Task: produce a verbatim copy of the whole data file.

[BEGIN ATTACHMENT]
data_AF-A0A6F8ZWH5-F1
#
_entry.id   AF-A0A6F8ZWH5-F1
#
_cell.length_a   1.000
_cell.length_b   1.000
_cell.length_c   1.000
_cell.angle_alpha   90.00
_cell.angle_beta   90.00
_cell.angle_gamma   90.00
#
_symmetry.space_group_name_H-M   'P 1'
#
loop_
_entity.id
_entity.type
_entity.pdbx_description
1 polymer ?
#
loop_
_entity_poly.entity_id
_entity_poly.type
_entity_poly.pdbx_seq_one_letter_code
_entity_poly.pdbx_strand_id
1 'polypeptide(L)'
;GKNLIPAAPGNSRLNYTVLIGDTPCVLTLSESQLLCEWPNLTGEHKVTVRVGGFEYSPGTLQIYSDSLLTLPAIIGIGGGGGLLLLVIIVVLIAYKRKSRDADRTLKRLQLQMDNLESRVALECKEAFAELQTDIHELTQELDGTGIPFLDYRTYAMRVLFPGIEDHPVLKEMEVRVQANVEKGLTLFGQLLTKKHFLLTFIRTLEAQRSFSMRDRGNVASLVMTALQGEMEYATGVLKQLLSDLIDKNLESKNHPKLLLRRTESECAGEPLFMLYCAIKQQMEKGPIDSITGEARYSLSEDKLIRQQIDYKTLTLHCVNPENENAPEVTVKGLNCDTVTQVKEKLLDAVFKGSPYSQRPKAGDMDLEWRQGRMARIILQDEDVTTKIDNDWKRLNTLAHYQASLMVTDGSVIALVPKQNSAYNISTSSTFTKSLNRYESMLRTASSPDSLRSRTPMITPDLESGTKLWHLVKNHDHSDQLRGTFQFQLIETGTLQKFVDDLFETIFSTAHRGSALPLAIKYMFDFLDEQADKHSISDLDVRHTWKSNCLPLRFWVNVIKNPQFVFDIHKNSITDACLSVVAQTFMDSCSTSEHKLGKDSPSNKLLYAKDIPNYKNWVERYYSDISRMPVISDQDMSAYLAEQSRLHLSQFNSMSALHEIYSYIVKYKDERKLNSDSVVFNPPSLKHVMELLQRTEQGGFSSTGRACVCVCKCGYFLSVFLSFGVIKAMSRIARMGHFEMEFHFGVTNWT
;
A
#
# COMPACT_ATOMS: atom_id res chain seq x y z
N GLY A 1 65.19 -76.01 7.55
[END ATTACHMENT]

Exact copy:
data_AF-A0A6F8ZWH5-F1
#
_entry.id   AF-A0A6F8ZWH5-F1
#
_cell.length_a   1.000
_cell.length_b   1.000
_cell.length_c   1.000
_cell.angle_alpha   90.00
_cell.angle_beta   90.00
_cell.angle_gamma   90.00
#
_symmetry.space_group_name_H-M   'P 1'
#
loop_
_entity.id
_entity.type
_entity.pdbx_description
1 polymer ?
#
loop_
_entity_poly.entity_id
_entity_poly.type
_entity_poly.pdbx_seq_one_letter_code
_entity_poly.pdbx_strand_id
1 'polypeptide(L)'
;GKNLIPAAPGNSRLNYTVLIGDTPCVLTLSESQLLCEWPNLTGEHKVTVRVGGFEYSPGTLQIYSDSLLTLPAIIGIGGGGGLLLLVIIVVLIAYKRKSRDADRTLKRLQLQMDNLESRVALECKEAFAELQTDIHELTQELDGTGIPFLDYRTYAMRVLFPGIEDHPVLKEMEVRVQANVEKGLTLFGQLLTKKHFLLTFIRTLEAQRSFSMRDRGNVASLVMTALQGEMEYATGVLKQLLSDLIDKNLESKNHPKLLLRRTESECAGEPLFMLYCAIKQQMEKGPIDSITGEARYSLSEDKLIRQQIDYKTLTLHCVNPENENAPEVTVKGLNCDTVTQVKEKLLDAVFKGSPYSQRPKAGDMDLEWRQGRMARIILQDEDVTTKIDNDWKRLNTLAHYQASLMVTDGSVIALVPKQNSAYNISTSSTFTKSLNRYESMLRTASSPDSLRSRTPMITPDLESGTKLWHLVKNHDHSDQLRGTFQFQLIETGTLQKFVDDLFETIFSTAHRGSALPLAIKYMFDFLDEQADKHSISDLDVRHTWKSNCLPLRFWVNVIKNPQFVFDIHKNSITDACLSVVAQTFMDSCSTSEHKLGKDSPSNKLLYAKDIPNYKNWVERYYSDISRMPVISDQDMSAYLAEQSRLHLSQFNSMSALHEIYSYIVKYKDERKLNSDSVVFNPPSLKHVMELLQRTEQGGFSSTGRACVCVCKCGYFLSVFLSFGVIKAMSRIARMGHFEMEFHFGVTNWT
;
A
#
# COMPACT_ATOMS: atom_id res chain seq x y z
N GLY A 1 65.19 -76.01 7.55